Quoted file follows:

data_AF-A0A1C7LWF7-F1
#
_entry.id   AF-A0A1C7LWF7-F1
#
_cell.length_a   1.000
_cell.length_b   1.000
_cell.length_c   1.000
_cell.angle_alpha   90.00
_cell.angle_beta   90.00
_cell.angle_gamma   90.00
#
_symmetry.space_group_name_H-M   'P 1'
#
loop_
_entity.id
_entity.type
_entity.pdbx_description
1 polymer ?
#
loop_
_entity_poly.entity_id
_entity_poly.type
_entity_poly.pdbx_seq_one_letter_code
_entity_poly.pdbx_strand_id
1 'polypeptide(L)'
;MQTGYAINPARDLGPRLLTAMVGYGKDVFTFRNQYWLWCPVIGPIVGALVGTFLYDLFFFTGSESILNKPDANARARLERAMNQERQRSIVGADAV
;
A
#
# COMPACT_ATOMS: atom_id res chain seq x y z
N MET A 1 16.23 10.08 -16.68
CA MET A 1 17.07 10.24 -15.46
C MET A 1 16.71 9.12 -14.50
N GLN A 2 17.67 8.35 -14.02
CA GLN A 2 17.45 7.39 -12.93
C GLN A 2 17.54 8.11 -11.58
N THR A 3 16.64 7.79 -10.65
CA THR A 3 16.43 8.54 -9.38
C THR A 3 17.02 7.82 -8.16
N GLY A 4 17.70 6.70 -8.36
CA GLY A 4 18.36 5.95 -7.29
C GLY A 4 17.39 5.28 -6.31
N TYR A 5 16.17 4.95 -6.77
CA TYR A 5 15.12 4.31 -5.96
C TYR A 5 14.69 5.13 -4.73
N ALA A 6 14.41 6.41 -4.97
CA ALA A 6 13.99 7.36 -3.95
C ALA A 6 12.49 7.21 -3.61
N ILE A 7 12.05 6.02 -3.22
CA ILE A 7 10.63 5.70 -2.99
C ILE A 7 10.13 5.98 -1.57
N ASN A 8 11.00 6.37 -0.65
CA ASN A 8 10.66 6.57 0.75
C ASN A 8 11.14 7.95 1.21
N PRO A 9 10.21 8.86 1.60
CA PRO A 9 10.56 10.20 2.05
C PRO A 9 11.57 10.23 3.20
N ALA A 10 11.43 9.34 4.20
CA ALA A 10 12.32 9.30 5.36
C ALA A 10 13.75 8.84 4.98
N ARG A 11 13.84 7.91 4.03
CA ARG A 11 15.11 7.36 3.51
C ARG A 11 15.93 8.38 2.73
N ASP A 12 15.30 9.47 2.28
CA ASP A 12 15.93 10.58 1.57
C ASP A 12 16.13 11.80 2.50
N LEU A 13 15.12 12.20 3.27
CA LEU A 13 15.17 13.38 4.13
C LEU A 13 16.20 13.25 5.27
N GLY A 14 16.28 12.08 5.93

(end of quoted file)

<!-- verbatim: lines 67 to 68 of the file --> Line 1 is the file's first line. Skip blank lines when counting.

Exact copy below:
N LEU A 13 15.12 12.20 3.27
CA LEU A 13 15.17 13.38 4.13